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Friday, May 6, 2022 (HealthDay News)
New research shows that older people are more likely to believe fake news than younger people, except the older ones.
The researchers said that obtaining fake news could have significant physical, emotional and financial consequences, especially for the elderly, who may be at risk for life-saving or serious medical problems.
“We wanted to see if there was an age difference in the truth and falsity of the news,” said lead author Didem Fehlivanoglu, a postdoctoral fellow at the University of Florida in Gainesville.
“It simply came to our notice then Aging, Most people show some impairment in their cognitive abilities. “But we also know that some information processing capabilities have been maintained or improved,” Fehlivanoglu told a news release from the university.
Study Held from May to October 2020. It included a group of seniors, ages 61 to 87, and a group of college students. Participants were asked to read and rate the 12 full-length news items COVID-19 And non-COVID topics. Some of the articles were real and some were fake.
According to the study, older and younger people had a similar level of ability to detect fake news. The results were published online on May 2 Journal of Experimental Psychology: Applied.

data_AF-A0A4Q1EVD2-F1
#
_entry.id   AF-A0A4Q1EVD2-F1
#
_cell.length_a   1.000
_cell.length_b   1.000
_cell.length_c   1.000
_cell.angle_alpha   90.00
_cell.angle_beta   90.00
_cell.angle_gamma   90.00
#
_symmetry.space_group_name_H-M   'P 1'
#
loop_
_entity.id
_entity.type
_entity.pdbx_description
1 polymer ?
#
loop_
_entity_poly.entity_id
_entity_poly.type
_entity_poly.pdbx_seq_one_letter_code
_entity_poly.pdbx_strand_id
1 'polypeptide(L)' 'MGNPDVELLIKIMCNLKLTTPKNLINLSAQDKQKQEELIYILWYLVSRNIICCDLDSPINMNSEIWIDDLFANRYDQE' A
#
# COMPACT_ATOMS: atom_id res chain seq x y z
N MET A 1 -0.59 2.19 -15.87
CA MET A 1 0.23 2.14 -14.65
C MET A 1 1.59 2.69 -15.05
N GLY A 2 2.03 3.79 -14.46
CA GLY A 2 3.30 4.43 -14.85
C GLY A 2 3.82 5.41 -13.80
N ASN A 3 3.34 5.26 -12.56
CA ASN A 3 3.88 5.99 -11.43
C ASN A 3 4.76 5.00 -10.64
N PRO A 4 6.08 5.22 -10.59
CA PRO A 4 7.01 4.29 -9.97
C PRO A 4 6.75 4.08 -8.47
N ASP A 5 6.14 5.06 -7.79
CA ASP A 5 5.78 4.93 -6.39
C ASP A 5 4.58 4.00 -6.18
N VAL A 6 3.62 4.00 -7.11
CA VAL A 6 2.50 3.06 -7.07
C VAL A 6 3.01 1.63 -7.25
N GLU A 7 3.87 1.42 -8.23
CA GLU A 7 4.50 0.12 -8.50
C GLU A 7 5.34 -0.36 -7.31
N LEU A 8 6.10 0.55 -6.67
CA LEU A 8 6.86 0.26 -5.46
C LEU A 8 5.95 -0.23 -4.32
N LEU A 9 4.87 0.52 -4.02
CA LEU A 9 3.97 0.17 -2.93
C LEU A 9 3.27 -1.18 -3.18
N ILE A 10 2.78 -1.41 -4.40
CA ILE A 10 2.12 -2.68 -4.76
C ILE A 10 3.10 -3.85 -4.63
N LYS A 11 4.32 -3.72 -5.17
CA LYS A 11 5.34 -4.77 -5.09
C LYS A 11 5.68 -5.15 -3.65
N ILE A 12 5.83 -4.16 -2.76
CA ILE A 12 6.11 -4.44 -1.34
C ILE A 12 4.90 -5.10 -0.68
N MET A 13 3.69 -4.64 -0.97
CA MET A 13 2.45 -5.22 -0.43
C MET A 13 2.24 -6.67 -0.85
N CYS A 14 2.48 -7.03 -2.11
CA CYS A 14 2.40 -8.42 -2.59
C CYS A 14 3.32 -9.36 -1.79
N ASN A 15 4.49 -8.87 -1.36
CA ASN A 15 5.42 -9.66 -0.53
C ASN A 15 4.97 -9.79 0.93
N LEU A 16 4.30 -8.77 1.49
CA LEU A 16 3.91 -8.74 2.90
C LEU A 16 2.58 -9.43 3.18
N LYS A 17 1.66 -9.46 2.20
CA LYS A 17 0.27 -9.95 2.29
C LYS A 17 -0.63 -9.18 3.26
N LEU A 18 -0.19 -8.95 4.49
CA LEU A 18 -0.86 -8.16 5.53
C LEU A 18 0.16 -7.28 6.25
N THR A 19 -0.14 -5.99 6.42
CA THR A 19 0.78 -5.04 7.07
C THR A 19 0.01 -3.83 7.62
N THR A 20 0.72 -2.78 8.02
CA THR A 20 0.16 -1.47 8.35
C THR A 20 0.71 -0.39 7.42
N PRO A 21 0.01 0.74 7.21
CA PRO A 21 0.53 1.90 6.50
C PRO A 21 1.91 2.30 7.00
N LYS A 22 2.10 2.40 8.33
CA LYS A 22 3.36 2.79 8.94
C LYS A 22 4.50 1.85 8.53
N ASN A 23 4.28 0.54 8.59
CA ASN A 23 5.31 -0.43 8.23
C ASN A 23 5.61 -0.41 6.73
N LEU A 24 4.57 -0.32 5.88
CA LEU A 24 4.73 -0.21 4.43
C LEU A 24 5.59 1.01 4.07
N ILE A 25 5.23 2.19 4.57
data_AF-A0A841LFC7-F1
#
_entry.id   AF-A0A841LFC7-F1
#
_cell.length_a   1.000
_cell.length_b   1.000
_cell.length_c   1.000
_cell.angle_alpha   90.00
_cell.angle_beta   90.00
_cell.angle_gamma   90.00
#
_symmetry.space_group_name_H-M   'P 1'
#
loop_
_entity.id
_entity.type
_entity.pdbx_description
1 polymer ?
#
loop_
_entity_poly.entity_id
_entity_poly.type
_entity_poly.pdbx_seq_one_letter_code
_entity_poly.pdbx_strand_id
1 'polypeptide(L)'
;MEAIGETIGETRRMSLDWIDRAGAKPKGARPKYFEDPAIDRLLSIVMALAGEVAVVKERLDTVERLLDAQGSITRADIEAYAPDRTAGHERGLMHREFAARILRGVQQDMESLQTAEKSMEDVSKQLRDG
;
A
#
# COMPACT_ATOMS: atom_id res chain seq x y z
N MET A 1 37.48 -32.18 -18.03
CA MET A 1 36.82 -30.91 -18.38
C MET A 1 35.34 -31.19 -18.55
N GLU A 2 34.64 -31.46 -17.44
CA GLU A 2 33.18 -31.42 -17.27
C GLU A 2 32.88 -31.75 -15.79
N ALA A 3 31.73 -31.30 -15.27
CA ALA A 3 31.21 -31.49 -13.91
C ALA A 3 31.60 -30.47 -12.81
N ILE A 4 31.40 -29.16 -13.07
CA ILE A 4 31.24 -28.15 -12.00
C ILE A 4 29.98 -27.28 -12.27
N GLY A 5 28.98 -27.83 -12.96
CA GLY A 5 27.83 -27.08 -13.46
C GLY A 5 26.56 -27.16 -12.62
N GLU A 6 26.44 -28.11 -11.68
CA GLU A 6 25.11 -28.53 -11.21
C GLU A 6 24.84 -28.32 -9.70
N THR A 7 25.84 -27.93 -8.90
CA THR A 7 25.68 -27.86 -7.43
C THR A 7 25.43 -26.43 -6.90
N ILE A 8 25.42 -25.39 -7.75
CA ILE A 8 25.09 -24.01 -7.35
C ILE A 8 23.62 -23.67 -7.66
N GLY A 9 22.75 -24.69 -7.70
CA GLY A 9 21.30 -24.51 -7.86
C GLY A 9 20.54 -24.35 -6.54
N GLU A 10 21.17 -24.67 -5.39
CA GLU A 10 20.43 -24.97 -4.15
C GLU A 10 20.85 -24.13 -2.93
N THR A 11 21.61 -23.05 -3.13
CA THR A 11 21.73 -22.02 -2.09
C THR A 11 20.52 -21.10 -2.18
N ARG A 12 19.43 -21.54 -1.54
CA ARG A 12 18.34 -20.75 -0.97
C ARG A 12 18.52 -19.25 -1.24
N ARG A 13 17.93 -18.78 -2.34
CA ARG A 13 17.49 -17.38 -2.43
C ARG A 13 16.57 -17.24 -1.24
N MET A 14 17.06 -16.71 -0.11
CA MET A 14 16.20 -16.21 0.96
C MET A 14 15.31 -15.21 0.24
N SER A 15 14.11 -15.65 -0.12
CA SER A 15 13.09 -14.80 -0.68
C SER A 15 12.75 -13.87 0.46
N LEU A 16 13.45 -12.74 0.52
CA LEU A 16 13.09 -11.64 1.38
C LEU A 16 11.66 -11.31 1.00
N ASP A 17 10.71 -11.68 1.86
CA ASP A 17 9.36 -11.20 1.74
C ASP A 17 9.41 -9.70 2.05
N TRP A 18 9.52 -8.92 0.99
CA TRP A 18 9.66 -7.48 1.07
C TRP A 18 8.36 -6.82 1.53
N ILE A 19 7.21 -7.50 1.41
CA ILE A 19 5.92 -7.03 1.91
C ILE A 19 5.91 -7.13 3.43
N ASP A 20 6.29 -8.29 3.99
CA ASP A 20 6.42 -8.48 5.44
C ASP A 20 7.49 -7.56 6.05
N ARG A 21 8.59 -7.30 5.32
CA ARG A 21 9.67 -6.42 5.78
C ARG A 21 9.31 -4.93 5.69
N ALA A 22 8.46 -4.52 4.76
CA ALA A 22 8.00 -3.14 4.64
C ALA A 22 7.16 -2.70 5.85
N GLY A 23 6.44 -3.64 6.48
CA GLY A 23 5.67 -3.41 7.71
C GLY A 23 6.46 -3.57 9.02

Both groups were less likely to identify about fake news COVID-19 Than news that is not related to a pandemic. Researchers have suggested that this may be due to the lack of information about Covid during the first months of the pandemic.
“People have a perception that older people are behaving worse than younger people around the world, but that is not the case,” said Brian Cahill, co-author of the study, a professor of psychology at the University of Florida.
Research has shown that people over the age of 70 are less likely to spread fake news COVID-19 Or on other topics. But this is probably because they did not observe the information and did not pay attention to details, the study authors added.
Researchers have noted that only in very late old age – when impaired thinking can no longer be offset by life experience and worldly knowledge – can people become particularly vulnerable to false news and other misinformation.
“This is a particularly high-risk population who are at high risk of making the wrong decision, not only for themselves but for society at large,” said Natalie Ebner, a professor of psychology at the university.
The Stanford Center has more on longevity Digital literacy for the elderly.
Source: University of Florida, News Release, May 2, 2022
By Robert Preidt’s HealthDay Reporter
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